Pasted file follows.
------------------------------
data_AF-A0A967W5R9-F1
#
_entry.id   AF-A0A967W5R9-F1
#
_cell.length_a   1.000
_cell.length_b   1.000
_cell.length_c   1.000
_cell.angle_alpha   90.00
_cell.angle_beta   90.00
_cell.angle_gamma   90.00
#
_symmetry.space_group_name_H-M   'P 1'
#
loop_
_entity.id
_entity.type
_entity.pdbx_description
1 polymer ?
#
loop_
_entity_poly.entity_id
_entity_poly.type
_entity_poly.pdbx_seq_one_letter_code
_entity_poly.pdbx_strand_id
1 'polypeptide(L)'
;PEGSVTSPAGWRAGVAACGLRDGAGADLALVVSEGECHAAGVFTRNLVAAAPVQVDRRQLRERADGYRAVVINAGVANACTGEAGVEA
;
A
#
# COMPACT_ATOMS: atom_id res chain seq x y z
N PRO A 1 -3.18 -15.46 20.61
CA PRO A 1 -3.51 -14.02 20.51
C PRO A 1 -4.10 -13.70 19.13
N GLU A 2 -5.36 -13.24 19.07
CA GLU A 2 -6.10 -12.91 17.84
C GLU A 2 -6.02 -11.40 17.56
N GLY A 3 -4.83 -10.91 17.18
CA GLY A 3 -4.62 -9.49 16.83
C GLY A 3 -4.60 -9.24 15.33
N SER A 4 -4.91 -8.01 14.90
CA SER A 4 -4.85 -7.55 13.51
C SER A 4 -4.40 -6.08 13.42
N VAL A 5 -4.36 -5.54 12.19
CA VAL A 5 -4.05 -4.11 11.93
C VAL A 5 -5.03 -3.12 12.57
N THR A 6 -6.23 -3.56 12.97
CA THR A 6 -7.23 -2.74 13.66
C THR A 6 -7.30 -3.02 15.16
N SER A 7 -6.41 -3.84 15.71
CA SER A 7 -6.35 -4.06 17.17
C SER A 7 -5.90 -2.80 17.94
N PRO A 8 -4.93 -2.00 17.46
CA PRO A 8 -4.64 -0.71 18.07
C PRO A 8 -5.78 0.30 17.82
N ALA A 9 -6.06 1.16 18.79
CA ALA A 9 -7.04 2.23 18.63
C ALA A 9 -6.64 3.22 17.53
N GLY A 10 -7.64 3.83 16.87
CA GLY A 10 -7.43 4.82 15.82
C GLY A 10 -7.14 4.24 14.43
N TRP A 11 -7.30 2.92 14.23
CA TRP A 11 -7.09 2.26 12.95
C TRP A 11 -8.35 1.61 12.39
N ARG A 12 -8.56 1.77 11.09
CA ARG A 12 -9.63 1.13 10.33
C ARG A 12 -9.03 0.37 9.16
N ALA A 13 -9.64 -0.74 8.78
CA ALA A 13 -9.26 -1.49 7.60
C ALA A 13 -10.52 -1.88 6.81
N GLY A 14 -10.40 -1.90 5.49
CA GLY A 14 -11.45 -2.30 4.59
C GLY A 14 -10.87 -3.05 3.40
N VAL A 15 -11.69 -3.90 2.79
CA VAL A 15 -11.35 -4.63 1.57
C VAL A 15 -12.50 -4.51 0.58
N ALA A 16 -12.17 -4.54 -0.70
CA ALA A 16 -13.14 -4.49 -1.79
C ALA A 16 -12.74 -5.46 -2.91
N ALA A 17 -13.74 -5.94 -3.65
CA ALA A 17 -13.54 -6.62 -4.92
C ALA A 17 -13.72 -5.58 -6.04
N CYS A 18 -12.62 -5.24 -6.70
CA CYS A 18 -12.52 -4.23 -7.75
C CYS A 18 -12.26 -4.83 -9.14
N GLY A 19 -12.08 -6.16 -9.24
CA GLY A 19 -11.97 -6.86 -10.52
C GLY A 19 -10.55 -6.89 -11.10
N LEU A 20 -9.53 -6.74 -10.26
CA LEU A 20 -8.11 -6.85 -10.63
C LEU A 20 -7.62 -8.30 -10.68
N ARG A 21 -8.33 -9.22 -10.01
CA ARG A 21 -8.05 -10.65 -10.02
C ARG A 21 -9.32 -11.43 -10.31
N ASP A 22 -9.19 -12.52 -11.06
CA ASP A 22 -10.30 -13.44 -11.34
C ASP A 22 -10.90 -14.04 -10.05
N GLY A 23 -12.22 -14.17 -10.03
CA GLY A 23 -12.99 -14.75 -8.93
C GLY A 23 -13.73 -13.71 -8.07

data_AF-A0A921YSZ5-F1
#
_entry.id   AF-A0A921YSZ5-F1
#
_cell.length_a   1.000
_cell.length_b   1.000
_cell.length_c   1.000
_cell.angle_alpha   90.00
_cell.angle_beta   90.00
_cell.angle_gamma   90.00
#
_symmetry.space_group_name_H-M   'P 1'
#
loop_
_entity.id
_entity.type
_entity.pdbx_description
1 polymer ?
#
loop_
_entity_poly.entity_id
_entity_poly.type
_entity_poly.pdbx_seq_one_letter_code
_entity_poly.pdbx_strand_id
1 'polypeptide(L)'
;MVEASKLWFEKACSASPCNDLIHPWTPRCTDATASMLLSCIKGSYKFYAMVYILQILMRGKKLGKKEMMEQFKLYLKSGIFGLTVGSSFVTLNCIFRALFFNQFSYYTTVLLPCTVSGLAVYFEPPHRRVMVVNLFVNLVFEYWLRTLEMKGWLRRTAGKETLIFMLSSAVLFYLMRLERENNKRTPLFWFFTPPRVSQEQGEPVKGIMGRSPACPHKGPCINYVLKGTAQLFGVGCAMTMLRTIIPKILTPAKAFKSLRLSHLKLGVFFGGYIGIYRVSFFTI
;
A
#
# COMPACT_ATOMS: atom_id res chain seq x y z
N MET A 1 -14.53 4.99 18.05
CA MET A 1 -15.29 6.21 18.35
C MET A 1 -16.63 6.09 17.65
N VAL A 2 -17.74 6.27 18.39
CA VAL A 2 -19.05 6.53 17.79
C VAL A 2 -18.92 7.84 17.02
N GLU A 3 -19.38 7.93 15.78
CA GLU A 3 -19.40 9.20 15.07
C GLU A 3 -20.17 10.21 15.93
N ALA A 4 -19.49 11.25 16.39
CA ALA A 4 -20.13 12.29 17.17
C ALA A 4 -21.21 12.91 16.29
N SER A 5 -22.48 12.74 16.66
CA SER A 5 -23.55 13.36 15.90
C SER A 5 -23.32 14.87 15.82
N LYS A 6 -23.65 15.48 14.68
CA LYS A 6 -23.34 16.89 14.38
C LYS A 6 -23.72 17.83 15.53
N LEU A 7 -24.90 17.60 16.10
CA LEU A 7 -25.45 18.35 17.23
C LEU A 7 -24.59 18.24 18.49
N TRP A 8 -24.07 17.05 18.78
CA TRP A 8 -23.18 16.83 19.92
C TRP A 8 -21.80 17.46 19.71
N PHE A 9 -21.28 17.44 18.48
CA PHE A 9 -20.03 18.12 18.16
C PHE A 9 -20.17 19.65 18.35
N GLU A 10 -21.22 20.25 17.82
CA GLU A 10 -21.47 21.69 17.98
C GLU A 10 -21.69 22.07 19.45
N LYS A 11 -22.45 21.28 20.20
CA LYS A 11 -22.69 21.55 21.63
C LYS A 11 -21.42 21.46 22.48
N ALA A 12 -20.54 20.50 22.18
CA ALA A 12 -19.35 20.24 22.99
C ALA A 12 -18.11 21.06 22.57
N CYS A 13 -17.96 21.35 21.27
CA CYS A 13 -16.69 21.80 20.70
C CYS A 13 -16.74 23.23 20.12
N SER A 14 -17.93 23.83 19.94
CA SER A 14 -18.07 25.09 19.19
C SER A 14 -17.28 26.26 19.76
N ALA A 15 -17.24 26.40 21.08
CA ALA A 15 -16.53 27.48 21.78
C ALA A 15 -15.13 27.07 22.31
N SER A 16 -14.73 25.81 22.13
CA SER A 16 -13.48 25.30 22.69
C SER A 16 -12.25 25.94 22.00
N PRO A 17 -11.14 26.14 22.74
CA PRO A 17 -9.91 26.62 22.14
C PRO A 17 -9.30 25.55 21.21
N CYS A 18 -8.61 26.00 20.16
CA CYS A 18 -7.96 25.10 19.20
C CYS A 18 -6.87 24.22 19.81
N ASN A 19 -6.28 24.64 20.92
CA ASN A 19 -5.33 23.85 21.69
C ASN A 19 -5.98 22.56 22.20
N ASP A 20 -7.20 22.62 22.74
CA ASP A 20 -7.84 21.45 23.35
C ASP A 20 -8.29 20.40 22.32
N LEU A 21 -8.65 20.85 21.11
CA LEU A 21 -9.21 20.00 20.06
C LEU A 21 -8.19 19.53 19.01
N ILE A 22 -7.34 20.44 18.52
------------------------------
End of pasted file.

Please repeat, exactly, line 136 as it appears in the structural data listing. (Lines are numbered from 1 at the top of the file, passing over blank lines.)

N GLU A 3 -19.38 7.93 15.78